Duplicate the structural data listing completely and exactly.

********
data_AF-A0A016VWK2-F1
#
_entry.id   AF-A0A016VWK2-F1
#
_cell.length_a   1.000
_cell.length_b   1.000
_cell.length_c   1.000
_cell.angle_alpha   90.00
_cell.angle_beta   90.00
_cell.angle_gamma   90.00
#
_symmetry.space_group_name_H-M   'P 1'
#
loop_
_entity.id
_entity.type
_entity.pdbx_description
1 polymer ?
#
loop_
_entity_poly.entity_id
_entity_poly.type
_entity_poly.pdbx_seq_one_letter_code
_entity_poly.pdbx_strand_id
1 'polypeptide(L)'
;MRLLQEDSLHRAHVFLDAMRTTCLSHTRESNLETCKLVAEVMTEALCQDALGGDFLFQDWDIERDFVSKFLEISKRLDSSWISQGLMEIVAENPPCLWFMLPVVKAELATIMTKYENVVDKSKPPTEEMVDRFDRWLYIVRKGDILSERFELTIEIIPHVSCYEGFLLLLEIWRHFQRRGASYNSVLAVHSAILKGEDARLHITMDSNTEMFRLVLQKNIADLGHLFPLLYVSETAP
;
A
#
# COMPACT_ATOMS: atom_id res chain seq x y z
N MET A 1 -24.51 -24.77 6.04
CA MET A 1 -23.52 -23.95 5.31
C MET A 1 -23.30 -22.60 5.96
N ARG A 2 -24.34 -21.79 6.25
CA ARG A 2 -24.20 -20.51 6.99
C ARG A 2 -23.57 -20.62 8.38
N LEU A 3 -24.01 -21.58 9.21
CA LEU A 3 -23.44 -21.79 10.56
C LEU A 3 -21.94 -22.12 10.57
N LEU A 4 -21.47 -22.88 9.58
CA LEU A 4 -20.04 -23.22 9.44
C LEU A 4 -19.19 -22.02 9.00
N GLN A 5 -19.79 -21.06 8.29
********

data_AF-A0A016VWK2-F1
#
_entry.id   AF-A0A016VWK2-F1
#
_cell.length_a   1.000
_cell.length_b   1.000
_cell.length_c   1.000
_cell.angle_alpha   90.00
_cell.angle_beta   90.00
_cell.angle_gamma   90.00
#
_symmetry.space_group_name_H-M   'P 1'
#
loop_
_entity.id
_entity.type
_entity.pdbx_description
1 polymer ?
#
loop_
_entity_poly.entity_id
_entity_poly.type
_entity_poly.pdbx_seq_one_letter_code
_entity_poly.pdbx_strand_id
1 'polypeptide(L)'
;MRLLQEDSLHRAHVFLDAMRTTCLSHTRESNLETCKLVAEVMTEALCQDALGGDFLFQDWDIERDFVSKFLEISKRLDSSWISQGLMEIVAENPPCLWFMLPVVKAELATIMTKYENVVDKSKPPTEEMVDRFDRWLYIVRKGDILSERFELTIEIIPHVSCYEGFLLLLEIWRHFQRRGASYNSVLAVHSAILKGEDARLHITMDSNTEMFRLVLQKNIADLGHLFPLLYVSETAP
;
A
#
# COMPACT_ATOMS: atom_id res chain seq x y z
N MET A 1 -24.51 -24.77 6.04
CA MET A 1 -23.52 -23.95 5.31
C MET A 1 -23.30 -22.60 5.96
N ARG A 2 -24.34 -21.79 6.25
CA ARG A 2 -24.20 -20.51 6.99
C ARG A 2 -23.57 -20.62 8.38
N LEU A 3 -24.01 -21.58 9.21
CA LEU A 3 -23.44 -21.79 10.56
C LEU A 3 -21.94 -22.12 10.57
N LEU A 4 -21.47 -22.88 9.58
CA LEU A 4 -20.04 -23.22 9.44
C LEU A 4 -19.19 -22.02 9.00
N GLN A 5 -19.79 -21.06 8.29